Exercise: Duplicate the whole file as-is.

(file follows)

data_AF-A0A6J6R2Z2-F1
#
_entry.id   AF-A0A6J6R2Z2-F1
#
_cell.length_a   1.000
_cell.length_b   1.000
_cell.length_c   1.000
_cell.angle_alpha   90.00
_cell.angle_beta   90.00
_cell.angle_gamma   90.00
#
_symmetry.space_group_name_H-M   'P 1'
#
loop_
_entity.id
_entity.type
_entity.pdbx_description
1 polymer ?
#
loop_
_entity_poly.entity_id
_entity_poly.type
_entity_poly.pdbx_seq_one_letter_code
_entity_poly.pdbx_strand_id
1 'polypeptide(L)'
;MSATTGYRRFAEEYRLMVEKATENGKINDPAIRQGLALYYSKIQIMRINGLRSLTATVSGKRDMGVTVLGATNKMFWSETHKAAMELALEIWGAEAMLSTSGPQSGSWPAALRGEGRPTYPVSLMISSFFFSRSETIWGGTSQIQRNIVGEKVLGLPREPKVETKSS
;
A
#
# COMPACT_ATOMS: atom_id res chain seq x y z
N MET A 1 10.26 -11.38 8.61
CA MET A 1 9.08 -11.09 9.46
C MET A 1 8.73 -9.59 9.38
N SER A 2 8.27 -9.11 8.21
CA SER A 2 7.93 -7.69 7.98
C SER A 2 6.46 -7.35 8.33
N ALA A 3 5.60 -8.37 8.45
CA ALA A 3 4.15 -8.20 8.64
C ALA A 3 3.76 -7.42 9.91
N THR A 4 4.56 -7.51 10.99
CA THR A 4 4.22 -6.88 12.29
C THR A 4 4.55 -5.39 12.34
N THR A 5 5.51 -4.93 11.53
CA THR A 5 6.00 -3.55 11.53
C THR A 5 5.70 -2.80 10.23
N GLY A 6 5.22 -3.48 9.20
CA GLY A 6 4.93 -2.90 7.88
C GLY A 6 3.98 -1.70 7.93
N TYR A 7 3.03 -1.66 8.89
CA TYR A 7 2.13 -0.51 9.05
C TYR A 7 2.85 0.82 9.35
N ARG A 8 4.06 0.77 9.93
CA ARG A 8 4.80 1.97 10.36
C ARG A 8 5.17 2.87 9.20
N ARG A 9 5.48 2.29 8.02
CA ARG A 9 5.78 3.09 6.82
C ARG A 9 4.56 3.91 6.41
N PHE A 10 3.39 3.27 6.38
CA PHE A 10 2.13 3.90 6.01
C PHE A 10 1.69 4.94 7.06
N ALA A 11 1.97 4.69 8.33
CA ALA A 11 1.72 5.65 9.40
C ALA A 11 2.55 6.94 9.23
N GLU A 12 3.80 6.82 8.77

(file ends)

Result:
data_AF-A0A6J6R2Z2-F1
#
_entry.id   AF-A0A6J6R2Z2-F1
#
_cell.length_a   1.000
_cell.length_b   1.000
_cell.length_c   1.000
_cell.angle_alpha   90.00
_cell.angle_beta   90.00
_cell.angle_gamma   90.00
#
_symmetry.space_group_name_H-M   'P 1'
#
loop_
_entity.id
_entity.type
_entity.pdbx_description
1 polymer ?
#
loop_
_entity_poly.entity_id
_entity_poly.type
_entity_poly.pdbx_seq_one_letter_code
_entity_poly.pdbx_strand_id
1 'polypeptide(L)'
;MSATTGYRRFAEEYRLMVEKATENGKINDPAIRQGLALYYSKIQIMRINGLRSLTATVSGKRDMGVTVLGATNKMFWSETHKAAMELALEIWGAEAMLSTSGPQSGSWPAALRGEGRPTYPVSLMISSFFFSRSETIWGGTSQIQRNIVGEKVLGLPREPKVETKSS
;
A
#
# COMPACT_ATOMS: atom_id res chain seq x y z
N MET A 1 10.26 -11.38 8.61
CA MET A 1 9.08 -11.09 9.46
C MET A 1 8.73 -9.59 9.38
N SER A 2 8.27 -9.11 8.21
CA SER A 2 7.93 -7.69 7.98
C SER A 2 6.46 -7.35 8.33
N ALA A 3 5.60 -8.37 8.45
CA ALA A 3 4.15 -8.20 8.64
C ALA A 3 3.76 -7.42 9.91
N THR A 4 4.56 -7.51 10.99
CA THR A 4 4.22 -6.88 12.29
C THR A 4 4.55 -5.39 12.34
N THR A 5 5.51 -4.93 11.53
CA THR A 5 6.00 -3.55 11.53
C THR A 5 5.70 -2.80 10.23
N GLY A 6 5.22 -3.48 9.20
CA GLY A 6 4.93 -2.90 7.88
C GLY A 6 3.98 -1.70 7.93
N TYR A 7 3.03 -1.66 8.89
CA TYR A 7 2.13 -0.51 9.05
C TYR A 7 2.85 0.82 9.35
N ARG A 8 4.06 0.77 9.93
CA ARG A 8 4.80 1.97 10.36
C ARG A 8 5.17 2.87 9.20
N ARG A 9 5.48 2.29 8.02
CA ARG A 9 5.78 3.09 6.82
C ARG A 9 4.56 3.91 6.41
N PHE A 10 3.39 3.27 6.38
CA PHE A 10 2.13 3.90 6.01
C PHE A 10 1.69 4.94 7.06
N ALA A 11 1.97 4.69 8.33
CA ALA A 11 1.72 5.65 9.40
C ALA A 11 2.55 6.94 9.23
N GLU A 12 3.80 6.82 8.77